More checks and balances needed in proposed foreign interference law, say NMPs

The proposed Fica law should incorporate checks and balances such as judicial oversight, said NMPs Tan Yia Swam and Shahira Abdullah. ST PHOTO: ALPHONSUS CHERN

SINGAPORE - A proposed law to counter foreign interference grants extensive discretion to the authorities and should therefore incorporate checks and balances such as judicial oversight, said Nominated MPs Tan Yia Swam and Shahira Abdullah on Monday (Oct 4).

Speaking during the debate on the second reading of the Foreign Interference (Countermeasures) Act or Fica, Dr Tan said the Bill asks for "a lot of trust and faith" in the Minister for Home Affairs to "do the right thing".

In aiming to tackle foreign interference in domestic politics, Fica grants the Minister powers to issue directions compelling Internet platforms to block accounts, and to require politically significant people to declare foreign affiliations, among other things.

"It is a lot of power in one man's hands. How can we protect it from future abuse? Could it be spread out? Not just to the different branches in the judiciary but also across the people," asked Dr Tan, who is president of the Singapore Medical Association.

"Let them call for accountability and transparency in organisations they work with. Let organisations regulate among themselves who are the right people to seek sponsorships or volunteer work from."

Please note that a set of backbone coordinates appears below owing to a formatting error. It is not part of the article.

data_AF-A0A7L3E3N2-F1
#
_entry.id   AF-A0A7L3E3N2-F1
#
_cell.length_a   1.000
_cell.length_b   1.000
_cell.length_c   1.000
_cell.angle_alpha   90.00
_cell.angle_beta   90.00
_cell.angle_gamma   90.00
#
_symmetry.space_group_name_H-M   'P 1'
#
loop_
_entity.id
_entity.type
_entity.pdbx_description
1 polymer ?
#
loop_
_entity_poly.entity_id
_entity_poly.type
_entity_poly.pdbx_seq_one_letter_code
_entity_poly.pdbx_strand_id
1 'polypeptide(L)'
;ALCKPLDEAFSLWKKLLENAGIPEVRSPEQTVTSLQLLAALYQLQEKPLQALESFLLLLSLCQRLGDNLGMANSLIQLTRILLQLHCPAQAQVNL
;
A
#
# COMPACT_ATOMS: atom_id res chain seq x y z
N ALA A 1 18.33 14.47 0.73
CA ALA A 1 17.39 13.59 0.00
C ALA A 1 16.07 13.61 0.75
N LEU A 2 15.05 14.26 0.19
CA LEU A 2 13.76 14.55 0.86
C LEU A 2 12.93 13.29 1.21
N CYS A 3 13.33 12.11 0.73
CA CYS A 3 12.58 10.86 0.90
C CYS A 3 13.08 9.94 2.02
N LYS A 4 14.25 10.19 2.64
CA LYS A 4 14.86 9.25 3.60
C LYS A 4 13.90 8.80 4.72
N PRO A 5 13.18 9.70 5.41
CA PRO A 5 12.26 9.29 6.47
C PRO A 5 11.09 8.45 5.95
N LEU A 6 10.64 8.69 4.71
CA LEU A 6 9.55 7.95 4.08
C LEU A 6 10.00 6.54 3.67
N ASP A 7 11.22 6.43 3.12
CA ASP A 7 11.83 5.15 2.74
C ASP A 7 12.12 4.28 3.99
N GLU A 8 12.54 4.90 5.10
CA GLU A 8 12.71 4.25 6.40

Dr Shahira, a dental surgeon, noted that the substance of the Minister's decisions under the Bill are not subject to judicial review.

"I understand that in cases of foreign interference, speed may be of the essence and information received must be acted upon quickly. Moreover, this information may be sensitive and require confidentiality to be preserved," she said.

"However, provisions can be enacted in the Bill to require that sensitive information be sealed or otherwise not disclosed in the court hearing such as to allow a judicial review to still be carried out.

"We have seen some precedent for this in the treatment of whistle-blowing information and whistle-blowers' identity in court proceedings," Dr Shahira added, noting that provisions to expedite judicial reviews could be added to the Bill as well.

Under Fica, a reviewing tribunal's decision on appeals against directions is final and not to be challenged in court. But this, even if presided over by a High Court judge, cannot replace the role of judicial oversight, said Dr Shahira.

"We must strive to maintain Singapore's reputation of holding and protecting the rule of law while recognising the ills of foreign interference."

Dr Tan and Dr Shahira also expressed concern that the Bill would curtail collaboration with foreign entities, and affect Singapore's reputation as an open country.

Fica empowers the Minister to direct individuals to account for all donations, and stop taking volunteers who are not Singaporean citizens. It also defines "foreign principal" broadly, said Dr Shahira.

Stressing the importance of guarding against legislation that would be potentially discriminatory in nature, she said: "This may have unintended effects on Singapore's reputation as a hub for global trade and investments, that upholds its constitutional values of equality and fairness."

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